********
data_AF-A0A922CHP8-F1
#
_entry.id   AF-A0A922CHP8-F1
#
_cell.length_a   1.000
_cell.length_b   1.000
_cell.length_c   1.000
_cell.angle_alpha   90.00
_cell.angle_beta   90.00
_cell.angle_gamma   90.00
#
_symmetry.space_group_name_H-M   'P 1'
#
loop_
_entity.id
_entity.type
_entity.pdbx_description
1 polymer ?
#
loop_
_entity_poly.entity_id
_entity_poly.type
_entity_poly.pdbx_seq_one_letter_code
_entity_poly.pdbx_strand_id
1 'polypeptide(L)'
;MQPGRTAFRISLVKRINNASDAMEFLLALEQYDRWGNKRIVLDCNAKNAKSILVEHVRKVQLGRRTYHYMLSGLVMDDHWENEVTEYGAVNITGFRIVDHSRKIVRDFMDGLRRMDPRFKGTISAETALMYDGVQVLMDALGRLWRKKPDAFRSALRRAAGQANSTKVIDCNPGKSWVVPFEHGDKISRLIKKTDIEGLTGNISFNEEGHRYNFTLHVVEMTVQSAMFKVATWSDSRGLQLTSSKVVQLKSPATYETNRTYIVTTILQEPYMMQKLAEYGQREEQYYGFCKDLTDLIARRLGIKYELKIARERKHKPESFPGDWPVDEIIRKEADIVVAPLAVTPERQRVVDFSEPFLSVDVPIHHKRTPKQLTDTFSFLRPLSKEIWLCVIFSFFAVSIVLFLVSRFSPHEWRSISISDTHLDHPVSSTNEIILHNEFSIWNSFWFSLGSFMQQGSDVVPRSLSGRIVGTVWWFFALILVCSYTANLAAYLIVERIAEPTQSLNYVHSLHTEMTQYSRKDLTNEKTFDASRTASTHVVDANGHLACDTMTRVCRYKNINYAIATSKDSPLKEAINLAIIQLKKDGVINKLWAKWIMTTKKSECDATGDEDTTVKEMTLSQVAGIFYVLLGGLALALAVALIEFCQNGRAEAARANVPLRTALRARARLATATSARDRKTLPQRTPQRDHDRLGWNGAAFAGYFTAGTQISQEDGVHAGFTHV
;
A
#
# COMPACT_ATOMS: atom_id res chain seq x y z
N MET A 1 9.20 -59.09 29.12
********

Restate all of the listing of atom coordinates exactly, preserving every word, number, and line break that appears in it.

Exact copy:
data_AF-A0A922CHP8-F1
#
_entry.id   AF-A0A922CHP8-F1
#
_cell.length_a   1.000
_cell.length_b   1.000
_cell.length_c   1.000
_cell.angle_alpha   90.00
_cell.angle_beta   90.00
_cell.angle_gamma   90.00
#
_symmetry.space_group_name_H-M   'P 1'
#
loop_
_entity.id
_entity.type
_entity.pdbx_description
1 polymer ?
#
loop_
_entity_poly.entity_id
_entity_poly.type
_entity_poly.pdbx_seq_one_letter_code
_entity_poly.pdbx_strand_id
1 'polypeptide(L)'
;MQPGRTAFRISLVKRINNASDAMEFLLALEQYDRWGNKRIVLDCNAKNAKSILVEHVRKVQLGRRTYHYMLSGLVMDDHWENEVTEYGAVNITGFRIVDHSRKIVRDFMDGLRRMDPRFKGTISAETALMYDGVQVLMDALGRLWRKKPDAFRSALRRAAGQANSTKVIDCNPGKSWVVPFEHGDKISRLIKKTDIEGLTGNISFNEEGHRYNFTLHVVEMTVQSAMFKVATWSDSRGLQLTSSKVVQLKSPATYETNRTYIVTTILQEPYMMQKLAEYGQREEQYYGFCKDLTDLIARRLGIKYELKIARERKHKPESFPGDWPVDEIIRKEADIVVAPLAVTPERQRVVDFSEPFLSVDVPIHHKRTPKQLTDTFSFLRPLSKEIWLCVIFSFFAVSIVLFLVSRFSPHEWRSISISDTHLDHPVSSTNEIILHNEFSIWNSFWFSLGSFMQQGSDVVPRSLSGRIVGTVWWFFALILVCSYTANLAAYLIVERIAEPTQSLNYVHSLHTEMTQYSRKDLTNEKTFDASRTASTHVVDANGHLACDTMTRVCRYKNINYAIATSKDSPLKEAINLAIIQLKKDGVINKLWAKWIMTTKKSECDATGDEDTTVKEMTLSQVAGIFYVLLGGLALALAVALIEFCQNGRAEAARANVPLRTALRARARLATATSARDRKTLPQRTPQRDHDRLGWNGAAFAGYFTAGTQISQEDGVHAGFTHV
;
A
#
# COMPACT_ATOMS: atom_id res chain seq x y z
N MET A 1 9.20 -59.09 29.12